Erich Orrick grants wishes for a living.
Yes, really. And no, Orrick not a genie.
But the disabled vet and single father of two from Indianapolis who served in the Army for two decades, now works as a volunteer and board member for Wish For Our Heroes.
Wish For Our Heroes is a nonprofit that grants wishes to active-duty military members who badly need a hand. The charity has helped an Army Staff Sergeant who lost everything due to an apartment fire, assisted a Marine with mounting medical and legal bills, covered expensive car repairs, and given gift cards to military kids for Christmas.
On the Wish For Our Heroes’ website, Orrick says his goal is to “champion the needs of the typical ‘Joe’ in the military who gets the least amount of praise, pay and often needs the most to make ends meet.” He has dedicated his life to helping other military members — running the Indiana branch of the charity out of his garage.
The tables turned on Orrick, however, when professional punter Pat McAfee of the Indianapolis Colts decided that Orrick deserved a wish come true himself — despite not even making one. Through the years, McAfee has supported Wish For Our Heroes by donating football tickets, by giving money and by serving as a volunteer himself.
“That guy is an absolute legend. He’s the most selfless person I’ve ever met in my life,” McAfee told Dana Hunsinger Benbow of The Indianapolis Star.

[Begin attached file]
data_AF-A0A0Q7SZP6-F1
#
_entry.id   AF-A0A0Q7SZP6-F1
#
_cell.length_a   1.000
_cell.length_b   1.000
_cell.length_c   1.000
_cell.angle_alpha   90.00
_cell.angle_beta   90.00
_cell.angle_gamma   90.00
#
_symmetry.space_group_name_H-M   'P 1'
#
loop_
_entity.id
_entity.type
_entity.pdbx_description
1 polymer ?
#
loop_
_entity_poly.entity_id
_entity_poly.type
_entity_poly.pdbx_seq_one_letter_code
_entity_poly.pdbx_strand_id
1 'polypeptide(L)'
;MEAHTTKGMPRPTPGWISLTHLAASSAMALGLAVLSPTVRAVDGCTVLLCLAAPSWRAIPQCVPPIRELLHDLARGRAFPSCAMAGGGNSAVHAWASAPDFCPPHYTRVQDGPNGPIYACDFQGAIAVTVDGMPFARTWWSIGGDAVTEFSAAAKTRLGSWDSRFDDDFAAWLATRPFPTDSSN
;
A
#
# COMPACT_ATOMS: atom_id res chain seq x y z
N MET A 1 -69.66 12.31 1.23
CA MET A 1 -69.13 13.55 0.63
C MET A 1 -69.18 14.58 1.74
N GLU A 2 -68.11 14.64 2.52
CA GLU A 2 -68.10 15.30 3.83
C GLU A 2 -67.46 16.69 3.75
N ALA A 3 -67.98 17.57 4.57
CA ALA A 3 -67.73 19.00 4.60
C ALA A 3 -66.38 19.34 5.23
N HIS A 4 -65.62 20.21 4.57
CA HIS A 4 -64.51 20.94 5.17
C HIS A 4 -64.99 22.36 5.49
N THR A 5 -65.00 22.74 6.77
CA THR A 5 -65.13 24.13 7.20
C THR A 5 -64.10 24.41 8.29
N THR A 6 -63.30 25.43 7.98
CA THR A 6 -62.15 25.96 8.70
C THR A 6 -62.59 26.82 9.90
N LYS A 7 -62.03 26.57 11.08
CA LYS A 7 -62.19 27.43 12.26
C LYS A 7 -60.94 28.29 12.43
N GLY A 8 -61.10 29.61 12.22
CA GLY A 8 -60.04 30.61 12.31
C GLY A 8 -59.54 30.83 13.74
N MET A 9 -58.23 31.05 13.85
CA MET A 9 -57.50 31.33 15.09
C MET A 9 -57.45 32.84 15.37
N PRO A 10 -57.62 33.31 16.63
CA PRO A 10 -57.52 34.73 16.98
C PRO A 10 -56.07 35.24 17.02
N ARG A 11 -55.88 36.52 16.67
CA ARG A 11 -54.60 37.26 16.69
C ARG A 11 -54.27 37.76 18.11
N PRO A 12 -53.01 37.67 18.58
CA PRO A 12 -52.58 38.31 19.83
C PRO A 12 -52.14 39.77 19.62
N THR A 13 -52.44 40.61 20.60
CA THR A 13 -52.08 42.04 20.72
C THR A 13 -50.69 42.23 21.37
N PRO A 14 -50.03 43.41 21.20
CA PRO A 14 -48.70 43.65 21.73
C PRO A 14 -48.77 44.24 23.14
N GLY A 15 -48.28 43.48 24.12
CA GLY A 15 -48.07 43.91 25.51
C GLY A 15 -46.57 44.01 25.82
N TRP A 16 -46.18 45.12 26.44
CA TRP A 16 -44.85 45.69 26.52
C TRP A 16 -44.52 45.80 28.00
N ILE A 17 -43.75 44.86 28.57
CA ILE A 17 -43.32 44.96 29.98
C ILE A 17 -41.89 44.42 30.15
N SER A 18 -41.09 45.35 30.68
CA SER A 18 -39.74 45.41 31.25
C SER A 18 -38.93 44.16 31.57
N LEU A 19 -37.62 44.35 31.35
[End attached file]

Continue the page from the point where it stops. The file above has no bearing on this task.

Along with fellow Colt Coby Fleener, McAfee hatched a plan to lure Orrick away from his house for a weekend meeting in Chicago connected to the nonprofit. And while the meeting was fake, what McAfee and Fleener accomplished while Orrick was away was very real.
They redecorated his home with help from HHGregg, an electronics store — outfitting it with new appliances, television and furniture, and providing organization that any parent of two can use. (Orrick is a single parent to two daughters.) They also donated $5,000 to Wish For Our Heroes.
“I hate being in the center of all of this,” Orrick said. “I feel very guilty to have gotten so much when there are guys that need it more than I do.”
Orrick, selfless to a fault, told ABC News, who also covered the story, “I don’t want you to miss the story here, that there are a lot of soldiers who really need help.”